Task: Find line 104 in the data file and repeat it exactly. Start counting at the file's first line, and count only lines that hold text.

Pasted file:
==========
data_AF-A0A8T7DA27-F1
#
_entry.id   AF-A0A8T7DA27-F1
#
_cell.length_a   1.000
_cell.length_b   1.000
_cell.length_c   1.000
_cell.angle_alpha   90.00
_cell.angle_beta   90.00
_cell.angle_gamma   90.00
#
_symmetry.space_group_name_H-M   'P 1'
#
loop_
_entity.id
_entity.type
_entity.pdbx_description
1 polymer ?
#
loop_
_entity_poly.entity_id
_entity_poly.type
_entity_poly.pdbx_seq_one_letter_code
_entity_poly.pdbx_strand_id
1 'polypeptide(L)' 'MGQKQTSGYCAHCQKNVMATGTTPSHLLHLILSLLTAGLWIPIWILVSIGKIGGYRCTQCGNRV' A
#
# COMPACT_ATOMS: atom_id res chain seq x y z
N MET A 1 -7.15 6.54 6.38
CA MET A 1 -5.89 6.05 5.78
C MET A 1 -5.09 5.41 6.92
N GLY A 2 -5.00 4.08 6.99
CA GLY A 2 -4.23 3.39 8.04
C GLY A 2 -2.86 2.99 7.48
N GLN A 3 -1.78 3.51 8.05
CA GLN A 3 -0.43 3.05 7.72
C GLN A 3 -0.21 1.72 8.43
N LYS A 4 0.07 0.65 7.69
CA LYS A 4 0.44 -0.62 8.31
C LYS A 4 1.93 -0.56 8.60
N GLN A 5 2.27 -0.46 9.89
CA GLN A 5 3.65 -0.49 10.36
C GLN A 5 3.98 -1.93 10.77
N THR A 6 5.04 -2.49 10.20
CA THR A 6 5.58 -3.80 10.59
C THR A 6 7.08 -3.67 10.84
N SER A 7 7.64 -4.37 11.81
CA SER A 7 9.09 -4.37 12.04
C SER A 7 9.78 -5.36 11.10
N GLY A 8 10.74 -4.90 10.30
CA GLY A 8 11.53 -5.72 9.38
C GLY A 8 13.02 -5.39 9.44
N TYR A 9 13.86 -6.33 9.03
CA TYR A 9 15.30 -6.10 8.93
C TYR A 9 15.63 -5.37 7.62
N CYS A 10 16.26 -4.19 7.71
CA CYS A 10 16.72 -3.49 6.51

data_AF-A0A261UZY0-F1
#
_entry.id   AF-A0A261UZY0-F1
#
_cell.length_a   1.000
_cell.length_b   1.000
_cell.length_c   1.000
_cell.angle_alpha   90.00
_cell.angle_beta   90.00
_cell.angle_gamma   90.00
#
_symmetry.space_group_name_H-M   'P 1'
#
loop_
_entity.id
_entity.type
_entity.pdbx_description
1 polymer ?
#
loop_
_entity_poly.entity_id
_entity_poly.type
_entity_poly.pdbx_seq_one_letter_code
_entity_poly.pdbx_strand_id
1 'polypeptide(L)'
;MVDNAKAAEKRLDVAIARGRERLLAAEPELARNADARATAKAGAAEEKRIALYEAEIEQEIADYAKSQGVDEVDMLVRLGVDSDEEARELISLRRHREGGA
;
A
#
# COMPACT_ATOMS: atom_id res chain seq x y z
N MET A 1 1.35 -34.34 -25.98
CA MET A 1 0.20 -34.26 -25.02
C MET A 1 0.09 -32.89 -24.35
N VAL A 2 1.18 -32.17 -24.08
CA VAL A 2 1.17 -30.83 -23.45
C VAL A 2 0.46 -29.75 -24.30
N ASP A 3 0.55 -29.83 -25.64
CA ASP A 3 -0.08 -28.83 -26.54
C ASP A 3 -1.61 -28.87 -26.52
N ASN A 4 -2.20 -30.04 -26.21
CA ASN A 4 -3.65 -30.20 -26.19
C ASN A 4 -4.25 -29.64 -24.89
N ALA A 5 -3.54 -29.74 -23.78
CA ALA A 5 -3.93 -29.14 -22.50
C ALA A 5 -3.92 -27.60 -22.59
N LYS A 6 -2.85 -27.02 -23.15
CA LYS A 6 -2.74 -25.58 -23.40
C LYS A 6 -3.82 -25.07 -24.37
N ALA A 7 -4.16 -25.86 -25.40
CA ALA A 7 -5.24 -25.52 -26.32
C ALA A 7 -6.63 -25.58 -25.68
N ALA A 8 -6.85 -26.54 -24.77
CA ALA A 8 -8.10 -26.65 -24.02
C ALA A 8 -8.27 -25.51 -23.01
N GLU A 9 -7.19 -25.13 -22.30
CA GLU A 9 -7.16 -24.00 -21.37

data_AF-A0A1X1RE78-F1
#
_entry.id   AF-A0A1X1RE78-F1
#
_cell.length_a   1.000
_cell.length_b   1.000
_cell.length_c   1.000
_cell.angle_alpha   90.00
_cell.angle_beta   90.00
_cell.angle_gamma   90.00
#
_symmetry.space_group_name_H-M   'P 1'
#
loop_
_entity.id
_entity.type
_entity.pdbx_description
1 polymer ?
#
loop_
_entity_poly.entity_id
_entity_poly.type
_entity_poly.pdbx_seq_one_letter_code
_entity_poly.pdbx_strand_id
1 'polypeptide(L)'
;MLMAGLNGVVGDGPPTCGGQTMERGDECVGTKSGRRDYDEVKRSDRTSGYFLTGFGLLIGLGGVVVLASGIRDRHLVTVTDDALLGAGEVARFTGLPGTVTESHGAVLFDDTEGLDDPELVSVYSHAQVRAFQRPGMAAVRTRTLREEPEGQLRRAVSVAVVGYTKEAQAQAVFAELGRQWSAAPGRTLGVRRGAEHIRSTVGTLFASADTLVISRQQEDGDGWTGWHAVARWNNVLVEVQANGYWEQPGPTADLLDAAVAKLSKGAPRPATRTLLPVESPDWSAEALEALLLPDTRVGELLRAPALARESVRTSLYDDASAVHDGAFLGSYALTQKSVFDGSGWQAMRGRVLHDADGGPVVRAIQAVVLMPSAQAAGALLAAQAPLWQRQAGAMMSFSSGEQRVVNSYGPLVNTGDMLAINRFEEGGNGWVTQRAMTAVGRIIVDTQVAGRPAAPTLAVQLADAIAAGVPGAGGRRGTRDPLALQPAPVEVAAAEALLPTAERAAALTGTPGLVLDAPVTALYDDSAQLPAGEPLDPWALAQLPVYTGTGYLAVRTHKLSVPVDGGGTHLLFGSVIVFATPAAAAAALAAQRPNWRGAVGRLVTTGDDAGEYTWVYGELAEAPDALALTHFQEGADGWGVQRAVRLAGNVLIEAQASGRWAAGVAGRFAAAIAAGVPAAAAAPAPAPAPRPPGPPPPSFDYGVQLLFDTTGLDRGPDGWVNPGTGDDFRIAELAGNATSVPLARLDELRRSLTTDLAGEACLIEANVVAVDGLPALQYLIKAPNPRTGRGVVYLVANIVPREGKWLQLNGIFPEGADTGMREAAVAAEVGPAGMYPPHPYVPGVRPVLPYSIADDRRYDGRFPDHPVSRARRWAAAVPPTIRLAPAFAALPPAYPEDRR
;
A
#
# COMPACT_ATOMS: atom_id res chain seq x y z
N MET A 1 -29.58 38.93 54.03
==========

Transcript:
C LYS A 6 -3.82 -25.07 -24.37